Sunday, October 28, 2007

Stop selling yourselves short sisters...

Because it's worth saying.

a cat and twenty: above and beyond all this

There's a lot too this entry, all of it is important and worth reading, but what left me decided to post it, is this passage, quoted for truth.

but barring these impossible dreams, you know what i wish? i wish that we would stop apologizing. it's not easy - we've learned to say "i'm sorry" to try to preempt the whipping, or to lessen the lashes, or just to quiet our own minds while it's happening. we've learned that "sorry" helps us survive. but i wish we could start fighting back, just a little, in little ways.

so women - you women i know, you women i don't, any women who happen to read this, women everywhere, right now - start by not apologizing. don't apologize for just being what you are - don't apologize for the big and little things you do because you're a woman, or because you're a human being who happens to be a woman. don't qualify your thoughts, your opinions, your feelings - don't beat people to the punch of implying that they don't matter. "i know this might sound stupid, but..." "i know this is a dumb question..." "this is going to sound silly..."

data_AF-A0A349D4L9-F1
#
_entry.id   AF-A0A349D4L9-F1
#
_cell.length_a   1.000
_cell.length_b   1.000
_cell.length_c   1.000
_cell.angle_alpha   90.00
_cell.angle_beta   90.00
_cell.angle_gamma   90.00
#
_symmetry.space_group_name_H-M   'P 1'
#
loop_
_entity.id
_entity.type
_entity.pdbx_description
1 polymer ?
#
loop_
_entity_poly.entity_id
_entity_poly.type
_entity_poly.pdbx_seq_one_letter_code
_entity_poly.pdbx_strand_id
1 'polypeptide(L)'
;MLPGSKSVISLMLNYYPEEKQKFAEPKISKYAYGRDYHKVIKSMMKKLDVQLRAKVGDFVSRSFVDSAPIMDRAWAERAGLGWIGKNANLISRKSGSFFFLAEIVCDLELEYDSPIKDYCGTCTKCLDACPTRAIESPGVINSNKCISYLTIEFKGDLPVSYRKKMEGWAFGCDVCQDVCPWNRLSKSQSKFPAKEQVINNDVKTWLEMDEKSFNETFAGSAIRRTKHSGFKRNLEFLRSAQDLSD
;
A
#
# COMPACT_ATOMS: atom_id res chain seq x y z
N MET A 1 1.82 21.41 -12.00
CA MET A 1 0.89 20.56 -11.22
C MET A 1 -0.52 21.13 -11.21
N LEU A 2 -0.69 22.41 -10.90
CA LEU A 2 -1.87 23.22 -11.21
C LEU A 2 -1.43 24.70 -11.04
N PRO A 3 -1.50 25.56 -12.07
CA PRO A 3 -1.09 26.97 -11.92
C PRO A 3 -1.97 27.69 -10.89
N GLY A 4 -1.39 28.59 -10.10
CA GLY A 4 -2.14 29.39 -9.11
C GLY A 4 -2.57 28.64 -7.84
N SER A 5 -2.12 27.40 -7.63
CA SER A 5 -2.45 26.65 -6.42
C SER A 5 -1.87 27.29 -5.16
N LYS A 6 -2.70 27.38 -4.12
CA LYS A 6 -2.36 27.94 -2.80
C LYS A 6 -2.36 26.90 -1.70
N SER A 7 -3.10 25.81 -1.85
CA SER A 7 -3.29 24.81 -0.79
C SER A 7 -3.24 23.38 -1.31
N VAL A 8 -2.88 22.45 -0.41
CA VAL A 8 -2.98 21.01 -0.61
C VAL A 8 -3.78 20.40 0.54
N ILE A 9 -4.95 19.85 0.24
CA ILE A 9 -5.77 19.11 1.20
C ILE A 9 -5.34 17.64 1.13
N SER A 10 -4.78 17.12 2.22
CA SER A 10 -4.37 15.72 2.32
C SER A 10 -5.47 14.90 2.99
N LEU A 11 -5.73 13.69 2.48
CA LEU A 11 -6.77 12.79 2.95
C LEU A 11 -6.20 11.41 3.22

stop. it is worth saying. you are worth hearing. women, please, say it, ask it, take it, do it - don't apologize.

there is nothing wrong with you.

Amen sister.

Since first reading it, this post has really had an effect on me. I have had to make some changes to the way I talk, myself, to stop from doing this so much. So thank you, a cat and twenty.


  1. wow - i need to thank you, for being so kind as to share this on your own blog. that means a lot to me!

  2. Amen indeed. One of the hardest things I've ever done was resist saying "I'm sorry" when I told a friend of mine, quite angrily, that he should never EVER (not even as a joke) call me a slut because I take it as an offense of the highest order. The silence just hung between us and it was so hard not to break it with "I'm sorry but I just feel really strongly about this" -- and it's like, why should I be sorry?! Why should I feel bad for not letting a friend of mine use a word against me that carries with it some of the most poisonously misogynistic baggage of our times? Why should I feel sorry for demanding verbal respect from someone who claims to care for me?

    I shouldn't. Nobody should. And you're absolutely right -- women need to stop apologizing for having their own opinions, yes, even when they differ from normative/male opinions.


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